Bubbling in Enyo2, Part 1

"Bubble, bubble, toil and trouble" cry the witches of Macbeth.  Clearly, they never tried using Enyo 2 as their JavaScript framework or it would have been "Bubble, bubble, yahoo!".  The event bubbling system is one of the features that makes Enyo 2 feel so powerful.

The bubble method allows events to be sent up the object hierarchy.  This is not the same thing as bubbling up the DOM.  The object structure that is in memory can be similar to the DOM, but the process will only work against the object hierarchy.  Changes to the DOM will need to be rendered separately.

Events can range from UI interactions, such as a tap, to custom events that are fired manually.  Events will bubble starting at the originator and will continue to bubble until an object handles it and returns true, or if there are no more objects.  Events travel in the form of "oneventName", such as "ontap" or "onspecialEvent".

An object in Enyo defines the events it can handle with the "handlers" property.  An Enyo object that responds to a tap event will have an "ontap" handler.  The handler property contains the name of the function to call when that event is handled.  The result is that event and event handling are separated   Event and event handling being defined arbitrarily provides a great method for decoupling objects and encouraging encapsulation.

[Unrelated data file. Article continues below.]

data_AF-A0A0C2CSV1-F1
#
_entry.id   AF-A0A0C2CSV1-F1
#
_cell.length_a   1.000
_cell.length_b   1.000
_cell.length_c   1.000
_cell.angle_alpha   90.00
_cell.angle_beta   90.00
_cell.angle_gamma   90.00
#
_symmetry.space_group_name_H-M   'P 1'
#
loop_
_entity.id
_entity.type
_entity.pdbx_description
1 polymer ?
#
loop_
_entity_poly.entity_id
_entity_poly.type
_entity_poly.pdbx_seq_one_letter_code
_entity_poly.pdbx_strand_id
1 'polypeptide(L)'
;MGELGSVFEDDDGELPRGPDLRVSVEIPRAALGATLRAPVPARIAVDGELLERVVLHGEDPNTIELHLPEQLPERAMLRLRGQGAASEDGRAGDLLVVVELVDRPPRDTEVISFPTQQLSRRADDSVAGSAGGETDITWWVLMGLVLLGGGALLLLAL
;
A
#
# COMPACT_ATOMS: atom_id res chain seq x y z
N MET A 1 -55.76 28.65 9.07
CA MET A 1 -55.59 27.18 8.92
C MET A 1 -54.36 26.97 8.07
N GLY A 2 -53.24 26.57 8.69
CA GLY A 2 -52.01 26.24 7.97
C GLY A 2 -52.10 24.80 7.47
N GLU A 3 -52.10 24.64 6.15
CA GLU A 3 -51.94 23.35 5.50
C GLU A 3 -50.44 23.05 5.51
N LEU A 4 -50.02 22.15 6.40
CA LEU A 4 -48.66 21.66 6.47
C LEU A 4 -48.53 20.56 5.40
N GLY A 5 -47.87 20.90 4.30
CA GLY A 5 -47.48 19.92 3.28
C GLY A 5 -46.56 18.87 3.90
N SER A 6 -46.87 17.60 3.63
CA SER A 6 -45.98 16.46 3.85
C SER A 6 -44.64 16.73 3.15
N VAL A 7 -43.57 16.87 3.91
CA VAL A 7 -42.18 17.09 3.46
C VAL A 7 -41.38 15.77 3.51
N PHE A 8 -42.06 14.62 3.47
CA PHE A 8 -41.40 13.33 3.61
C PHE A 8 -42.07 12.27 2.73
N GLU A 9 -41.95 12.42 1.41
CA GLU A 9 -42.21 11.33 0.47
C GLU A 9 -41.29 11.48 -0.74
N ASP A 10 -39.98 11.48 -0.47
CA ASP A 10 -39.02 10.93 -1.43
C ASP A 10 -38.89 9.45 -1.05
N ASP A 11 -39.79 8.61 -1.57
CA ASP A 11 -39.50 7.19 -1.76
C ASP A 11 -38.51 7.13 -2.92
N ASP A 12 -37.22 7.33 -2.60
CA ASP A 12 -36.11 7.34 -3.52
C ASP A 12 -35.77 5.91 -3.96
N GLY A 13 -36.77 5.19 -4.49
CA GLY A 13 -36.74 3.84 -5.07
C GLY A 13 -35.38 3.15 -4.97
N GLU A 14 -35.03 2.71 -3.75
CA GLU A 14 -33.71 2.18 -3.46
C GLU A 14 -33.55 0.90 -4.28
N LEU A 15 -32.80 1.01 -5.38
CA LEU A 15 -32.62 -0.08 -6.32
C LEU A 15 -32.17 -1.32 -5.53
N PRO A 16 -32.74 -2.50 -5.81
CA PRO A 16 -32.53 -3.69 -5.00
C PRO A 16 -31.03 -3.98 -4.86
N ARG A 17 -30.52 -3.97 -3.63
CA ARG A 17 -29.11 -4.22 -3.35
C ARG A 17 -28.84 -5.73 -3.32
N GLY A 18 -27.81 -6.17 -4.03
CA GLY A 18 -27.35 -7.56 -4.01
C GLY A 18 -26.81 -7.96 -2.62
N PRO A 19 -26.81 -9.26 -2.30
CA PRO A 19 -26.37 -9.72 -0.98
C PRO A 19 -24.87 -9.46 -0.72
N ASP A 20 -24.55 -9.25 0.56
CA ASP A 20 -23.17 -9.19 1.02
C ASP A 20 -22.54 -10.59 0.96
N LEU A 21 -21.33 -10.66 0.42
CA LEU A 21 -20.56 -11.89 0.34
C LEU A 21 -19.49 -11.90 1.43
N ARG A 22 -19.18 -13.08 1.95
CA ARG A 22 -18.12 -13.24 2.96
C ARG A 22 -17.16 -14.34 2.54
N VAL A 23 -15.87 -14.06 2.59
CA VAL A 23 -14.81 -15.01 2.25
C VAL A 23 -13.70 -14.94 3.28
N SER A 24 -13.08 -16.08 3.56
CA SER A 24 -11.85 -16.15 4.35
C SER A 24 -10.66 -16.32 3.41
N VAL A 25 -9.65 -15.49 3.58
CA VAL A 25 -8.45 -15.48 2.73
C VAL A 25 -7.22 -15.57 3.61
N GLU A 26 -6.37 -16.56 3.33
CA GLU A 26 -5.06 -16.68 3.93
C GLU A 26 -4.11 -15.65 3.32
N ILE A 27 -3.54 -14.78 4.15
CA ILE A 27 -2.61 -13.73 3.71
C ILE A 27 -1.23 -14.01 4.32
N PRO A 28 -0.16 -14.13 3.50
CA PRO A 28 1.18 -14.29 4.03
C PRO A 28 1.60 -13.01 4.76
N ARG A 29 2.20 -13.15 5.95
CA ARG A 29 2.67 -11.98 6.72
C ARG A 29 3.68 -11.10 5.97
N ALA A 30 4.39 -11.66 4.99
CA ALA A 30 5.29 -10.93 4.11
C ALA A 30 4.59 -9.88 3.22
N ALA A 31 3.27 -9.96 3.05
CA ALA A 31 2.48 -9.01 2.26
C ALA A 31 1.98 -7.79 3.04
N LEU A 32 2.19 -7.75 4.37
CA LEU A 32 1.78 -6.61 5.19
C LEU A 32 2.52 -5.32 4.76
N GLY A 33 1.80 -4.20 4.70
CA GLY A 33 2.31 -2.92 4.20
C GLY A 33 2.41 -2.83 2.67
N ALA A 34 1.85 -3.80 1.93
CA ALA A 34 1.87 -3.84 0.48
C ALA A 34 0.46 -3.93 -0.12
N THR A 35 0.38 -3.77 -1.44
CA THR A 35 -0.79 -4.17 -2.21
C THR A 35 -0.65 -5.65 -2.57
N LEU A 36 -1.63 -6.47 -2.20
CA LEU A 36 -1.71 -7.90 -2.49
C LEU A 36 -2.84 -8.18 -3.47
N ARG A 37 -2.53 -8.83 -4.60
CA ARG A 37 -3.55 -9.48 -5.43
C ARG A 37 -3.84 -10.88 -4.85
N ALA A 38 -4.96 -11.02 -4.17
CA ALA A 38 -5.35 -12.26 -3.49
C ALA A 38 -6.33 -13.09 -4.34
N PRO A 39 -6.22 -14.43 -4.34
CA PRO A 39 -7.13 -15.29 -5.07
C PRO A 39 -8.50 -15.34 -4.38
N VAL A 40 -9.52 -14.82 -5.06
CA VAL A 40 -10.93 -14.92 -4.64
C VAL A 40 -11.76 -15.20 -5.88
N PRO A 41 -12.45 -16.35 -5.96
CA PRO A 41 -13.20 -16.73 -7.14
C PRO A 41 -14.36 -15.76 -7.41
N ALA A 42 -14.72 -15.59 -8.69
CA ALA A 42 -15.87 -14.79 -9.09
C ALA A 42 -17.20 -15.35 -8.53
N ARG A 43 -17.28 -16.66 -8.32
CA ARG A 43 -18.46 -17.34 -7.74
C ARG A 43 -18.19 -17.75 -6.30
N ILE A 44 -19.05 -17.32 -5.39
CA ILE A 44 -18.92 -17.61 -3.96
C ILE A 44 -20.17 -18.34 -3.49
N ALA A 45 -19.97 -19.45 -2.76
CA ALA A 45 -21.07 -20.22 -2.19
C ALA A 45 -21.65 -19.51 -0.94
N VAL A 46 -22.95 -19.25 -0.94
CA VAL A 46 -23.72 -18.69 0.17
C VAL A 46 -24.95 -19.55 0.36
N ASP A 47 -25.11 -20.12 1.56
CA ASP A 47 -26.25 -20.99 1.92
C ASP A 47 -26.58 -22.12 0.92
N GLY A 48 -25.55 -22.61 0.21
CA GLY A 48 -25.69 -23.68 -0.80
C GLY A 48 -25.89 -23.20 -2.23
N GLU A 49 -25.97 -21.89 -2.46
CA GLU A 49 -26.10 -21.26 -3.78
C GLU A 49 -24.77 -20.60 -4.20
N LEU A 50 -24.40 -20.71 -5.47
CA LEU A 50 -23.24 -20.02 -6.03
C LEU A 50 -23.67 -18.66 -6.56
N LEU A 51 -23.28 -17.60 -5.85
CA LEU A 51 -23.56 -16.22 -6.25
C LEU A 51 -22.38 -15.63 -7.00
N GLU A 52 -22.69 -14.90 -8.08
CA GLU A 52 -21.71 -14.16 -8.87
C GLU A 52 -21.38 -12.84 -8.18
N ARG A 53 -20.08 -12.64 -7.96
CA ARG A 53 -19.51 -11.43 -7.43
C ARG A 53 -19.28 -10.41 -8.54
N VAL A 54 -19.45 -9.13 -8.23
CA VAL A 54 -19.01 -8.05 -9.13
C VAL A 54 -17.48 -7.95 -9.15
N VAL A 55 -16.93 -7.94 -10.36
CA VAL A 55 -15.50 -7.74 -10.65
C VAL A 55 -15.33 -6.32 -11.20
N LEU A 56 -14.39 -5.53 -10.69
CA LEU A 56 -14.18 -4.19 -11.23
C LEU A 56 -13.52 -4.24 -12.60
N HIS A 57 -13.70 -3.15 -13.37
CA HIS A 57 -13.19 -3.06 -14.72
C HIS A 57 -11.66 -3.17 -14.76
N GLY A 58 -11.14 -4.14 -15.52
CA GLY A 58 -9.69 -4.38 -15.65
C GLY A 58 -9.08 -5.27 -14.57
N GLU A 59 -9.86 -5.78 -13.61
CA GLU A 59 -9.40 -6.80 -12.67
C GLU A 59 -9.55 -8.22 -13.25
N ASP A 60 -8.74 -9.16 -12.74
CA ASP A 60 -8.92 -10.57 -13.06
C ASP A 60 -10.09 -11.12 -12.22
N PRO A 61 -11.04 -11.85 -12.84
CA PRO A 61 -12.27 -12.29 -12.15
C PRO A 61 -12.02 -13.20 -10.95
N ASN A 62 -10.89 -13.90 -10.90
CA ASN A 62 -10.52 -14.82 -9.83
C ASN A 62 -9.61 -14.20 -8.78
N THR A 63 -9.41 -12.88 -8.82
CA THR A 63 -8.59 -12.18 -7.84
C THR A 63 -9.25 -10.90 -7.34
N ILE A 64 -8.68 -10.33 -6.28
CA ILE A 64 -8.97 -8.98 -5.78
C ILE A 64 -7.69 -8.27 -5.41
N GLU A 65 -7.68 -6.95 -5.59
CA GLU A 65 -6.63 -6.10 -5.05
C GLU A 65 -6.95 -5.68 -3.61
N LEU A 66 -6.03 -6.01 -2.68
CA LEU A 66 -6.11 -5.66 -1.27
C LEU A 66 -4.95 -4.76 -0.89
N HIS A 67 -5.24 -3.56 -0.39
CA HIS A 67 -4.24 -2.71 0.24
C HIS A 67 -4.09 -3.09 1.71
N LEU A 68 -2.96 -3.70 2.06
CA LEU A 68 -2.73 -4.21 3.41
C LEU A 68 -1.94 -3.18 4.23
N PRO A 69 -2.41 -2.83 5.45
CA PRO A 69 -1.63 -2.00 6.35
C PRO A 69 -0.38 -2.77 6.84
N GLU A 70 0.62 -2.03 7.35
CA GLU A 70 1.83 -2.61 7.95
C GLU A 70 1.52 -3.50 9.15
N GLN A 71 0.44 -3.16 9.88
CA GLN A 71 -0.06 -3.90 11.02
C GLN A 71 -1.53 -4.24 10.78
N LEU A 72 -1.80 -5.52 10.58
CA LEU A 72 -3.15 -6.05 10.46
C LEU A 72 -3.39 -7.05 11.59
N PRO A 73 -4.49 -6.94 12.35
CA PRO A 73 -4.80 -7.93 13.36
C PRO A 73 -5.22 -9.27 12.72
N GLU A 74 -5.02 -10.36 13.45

Let's take a look at a simple example (http://jsfiddle.net/dposin/nY2AD/):

This code uses 2 Enyo kinds to create a page with a "Blank Paragraph" and a button.  Enyo 2 uses the term kind in a way similar to class or type.  A kind is a definition of an object that can be instantiated.  The button in the example is a new kind called BubbleButton.  It uses the enyo.Button kind as a parent.  The button calls the tapped function when it handles an ontap event.  Since ontap is a pre-defined event, the button will fire the ontap event when the user presses it with a finger or mouse click.

The tap sends an onUpdate event up it's container hierarchy.  The button's involvement stops here.  The App kind captures the onUpdate event next.  The event stops moving until the App kind is done and returns a boolean value.  The App kind calls its own updateParagraph function. The function changes the App's content property to "Not Blank Anymore".  The change is then rendered for the user to see.  The updateParagraph function returns true which indicates the event stops there.  The function could return false, or nothing, which would send the event up to the next object.

The example shows two kinds with their own functionality that still interact.  The important point is that neither kind is aware of the other one's existence.  The bubbling process provides a mechanism for anonymous communication between the two.

In Part 2 we will expand the example to show how this mechanism can encourage code re-use.